I am surprised that a history professor considers it necessary to reassure the smart and educated readers of an American foreign policy magazine that Europe is not "on the verge of becoming an Islamic colony."
Related post in the Atlantic Review: International Conference about the Collapse of Europe

Cost of Current US Wars: "$400 for Every Minute Since Jesus Christ was Born"

Radar Online features the "Jesus Christ's Superstars: America's holiest congressmen." Sen. Robert Byrd (D-WV) made the top 3 [HT: Marian]:
C-Span junkies know that the longest-serving and oldest current senator has a habit of peppering his meandering speeches with biblical references, noting once that the cost of the wars in Iraq and Afghanistan amounted to "$400 for every minute since Jesus Christ was born."

Muslims in America

"The first-ever, nationwide, random sample survey of Muslim Americans finds them to be largely assimilated, happy with their lives, and moderate with respect to many of the issues that have divided Muslims and Westerners around the world." writes the PEW Research Center, but also points out: "A majority (53%) of all Muslim Americans say that, since the 9/11 attacks, it has become more difficult to be a Muslim in the United States. This view is particularly prevalent among highly educated and wealthier Muslims."
Therefore, I recommend Morgan Spurlocks's funny and informative documentary: "A West Virginia Christian lives as a Muslim in Dearborne USA for 30 days." Spurlock has made a whole TV series about 30 day exchanges into a different culture. Other episodes are about living with minimum wage etc. As a Fulbrighter I find the concept of exchange programs very appealing. Video works, but you might have to click twice on play in Internet Explorer:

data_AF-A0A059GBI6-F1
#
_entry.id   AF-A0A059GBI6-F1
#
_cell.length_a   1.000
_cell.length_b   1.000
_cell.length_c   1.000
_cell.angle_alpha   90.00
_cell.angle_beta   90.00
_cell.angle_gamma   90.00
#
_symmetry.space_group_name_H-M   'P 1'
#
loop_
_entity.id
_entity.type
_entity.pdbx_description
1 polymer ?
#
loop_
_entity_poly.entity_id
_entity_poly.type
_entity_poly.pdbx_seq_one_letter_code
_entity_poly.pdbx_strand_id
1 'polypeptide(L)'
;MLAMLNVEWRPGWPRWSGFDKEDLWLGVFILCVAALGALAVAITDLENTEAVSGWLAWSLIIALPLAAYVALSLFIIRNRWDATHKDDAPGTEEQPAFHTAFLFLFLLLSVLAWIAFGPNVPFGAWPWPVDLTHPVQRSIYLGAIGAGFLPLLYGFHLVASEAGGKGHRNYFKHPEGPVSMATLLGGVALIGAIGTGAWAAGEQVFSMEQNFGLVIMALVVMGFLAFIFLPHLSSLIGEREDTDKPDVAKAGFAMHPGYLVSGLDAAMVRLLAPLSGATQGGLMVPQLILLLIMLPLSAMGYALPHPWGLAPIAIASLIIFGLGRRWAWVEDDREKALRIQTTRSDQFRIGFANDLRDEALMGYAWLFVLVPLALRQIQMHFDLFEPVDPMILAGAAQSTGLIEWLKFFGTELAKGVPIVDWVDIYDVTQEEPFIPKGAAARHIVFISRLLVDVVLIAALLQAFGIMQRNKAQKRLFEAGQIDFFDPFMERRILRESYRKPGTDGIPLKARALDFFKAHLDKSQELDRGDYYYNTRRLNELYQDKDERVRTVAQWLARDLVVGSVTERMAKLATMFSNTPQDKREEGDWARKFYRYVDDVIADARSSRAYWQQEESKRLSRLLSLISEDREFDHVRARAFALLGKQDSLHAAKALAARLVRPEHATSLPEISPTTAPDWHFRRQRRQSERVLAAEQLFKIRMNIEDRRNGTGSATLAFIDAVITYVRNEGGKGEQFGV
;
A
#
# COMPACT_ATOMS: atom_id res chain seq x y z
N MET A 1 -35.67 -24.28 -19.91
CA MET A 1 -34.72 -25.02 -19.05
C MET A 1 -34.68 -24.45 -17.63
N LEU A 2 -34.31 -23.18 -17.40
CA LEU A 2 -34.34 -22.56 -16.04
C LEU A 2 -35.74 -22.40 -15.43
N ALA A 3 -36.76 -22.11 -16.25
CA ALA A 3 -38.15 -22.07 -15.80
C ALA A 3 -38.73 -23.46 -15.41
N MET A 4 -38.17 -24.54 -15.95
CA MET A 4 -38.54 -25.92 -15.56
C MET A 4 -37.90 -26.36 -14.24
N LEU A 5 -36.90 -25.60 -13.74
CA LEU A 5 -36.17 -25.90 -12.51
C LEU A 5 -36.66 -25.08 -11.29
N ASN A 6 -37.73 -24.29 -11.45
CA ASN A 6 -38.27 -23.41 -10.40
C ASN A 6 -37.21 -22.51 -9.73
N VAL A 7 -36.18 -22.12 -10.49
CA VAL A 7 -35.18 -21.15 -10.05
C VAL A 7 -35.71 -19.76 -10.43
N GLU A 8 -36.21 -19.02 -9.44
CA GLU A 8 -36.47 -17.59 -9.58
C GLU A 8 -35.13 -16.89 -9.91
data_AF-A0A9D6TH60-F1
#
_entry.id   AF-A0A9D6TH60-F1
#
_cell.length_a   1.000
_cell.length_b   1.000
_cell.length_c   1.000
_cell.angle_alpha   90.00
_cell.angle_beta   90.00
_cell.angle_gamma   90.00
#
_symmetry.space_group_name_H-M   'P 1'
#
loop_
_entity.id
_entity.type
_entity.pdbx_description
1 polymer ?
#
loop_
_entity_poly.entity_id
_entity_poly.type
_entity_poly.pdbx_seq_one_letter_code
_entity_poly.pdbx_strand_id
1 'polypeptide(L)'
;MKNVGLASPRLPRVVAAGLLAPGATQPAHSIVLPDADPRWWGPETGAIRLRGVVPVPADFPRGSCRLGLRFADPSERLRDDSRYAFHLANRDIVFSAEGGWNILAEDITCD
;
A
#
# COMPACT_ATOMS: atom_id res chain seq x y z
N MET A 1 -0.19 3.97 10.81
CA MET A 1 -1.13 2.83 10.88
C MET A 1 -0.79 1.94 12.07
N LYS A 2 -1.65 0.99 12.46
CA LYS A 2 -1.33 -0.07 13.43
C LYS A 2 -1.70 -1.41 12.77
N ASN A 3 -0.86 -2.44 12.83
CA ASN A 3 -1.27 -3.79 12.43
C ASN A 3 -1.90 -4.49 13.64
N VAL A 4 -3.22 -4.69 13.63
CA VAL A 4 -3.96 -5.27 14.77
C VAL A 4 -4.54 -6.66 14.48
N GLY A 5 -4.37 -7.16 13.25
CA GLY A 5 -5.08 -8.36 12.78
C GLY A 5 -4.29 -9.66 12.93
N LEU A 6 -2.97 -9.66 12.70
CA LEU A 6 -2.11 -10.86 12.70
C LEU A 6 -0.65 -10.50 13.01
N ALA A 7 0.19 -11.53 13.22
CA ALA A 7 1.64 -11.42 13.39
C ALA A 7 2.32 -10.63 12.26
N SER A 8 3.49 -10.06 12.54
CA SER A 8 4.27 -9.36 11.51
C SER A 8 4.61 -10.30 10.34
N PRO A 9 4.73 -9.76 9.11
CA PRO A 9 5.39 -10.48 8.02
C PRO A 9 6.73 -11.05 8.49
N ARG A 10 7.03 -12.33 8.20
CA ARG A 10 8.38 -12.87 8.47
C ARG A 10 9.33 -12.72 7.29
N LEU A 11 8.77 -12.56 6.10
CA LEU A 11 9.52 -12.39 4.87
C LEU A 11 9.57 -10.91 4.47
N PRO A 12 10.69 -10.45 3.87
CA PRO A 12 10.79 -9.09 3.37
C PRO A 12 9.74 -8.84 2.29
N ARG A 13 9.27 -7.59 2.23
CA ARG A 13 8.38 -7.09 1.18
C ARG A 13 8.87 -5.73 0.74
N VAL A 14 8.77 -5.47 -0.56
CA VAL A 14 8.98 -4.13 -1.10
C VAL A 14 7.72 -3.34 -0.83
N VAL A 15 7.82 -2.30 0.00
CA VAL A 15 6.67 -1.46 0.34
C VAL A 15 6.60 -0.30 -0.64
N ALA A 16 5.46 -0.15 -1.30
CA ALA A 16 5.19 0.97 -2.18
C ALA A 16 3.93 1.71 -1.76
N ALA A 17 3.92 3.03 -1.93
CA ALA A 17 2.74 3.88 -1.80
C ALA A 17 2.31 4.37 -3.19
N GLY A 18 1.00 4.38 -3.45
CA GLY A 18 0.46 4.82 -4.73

"One in four younger U.S. Muslims support suicide bombings at least rarely" writes the International Herald Tribune based on the PEW Research Center survey. More about this and US Muslim opinions on 9/11, Iraq and Afghanistan below the fold: Continue reading "Muslims in America"

International Conference about the Collapse of Europe


California's Pepperdine University is hosting a conference about the Eurabia nonsense. Some of the topics of discussions have a few questionmarks, but it is clear in which direction they are going. Some samples:
1. What has been the role of Islam and the EU bureaucracy in fostering collapse?
2. Eurabia: Is Muslim domination of Europe inevitable?
3. Is Europe doomed to continued economic stagnation?
4. Civil Rights or Global Jihad? Are Muslims exploiting the democratic process to erode and destroy European democracy?
5. Collapse of Confidence; How much have Europeans Given Up on Their Own Civilization?
6. The end of the European Enlightenment and the growth of a closed thought society.
7. Europe’s post-Christian society and its mirror in the United States.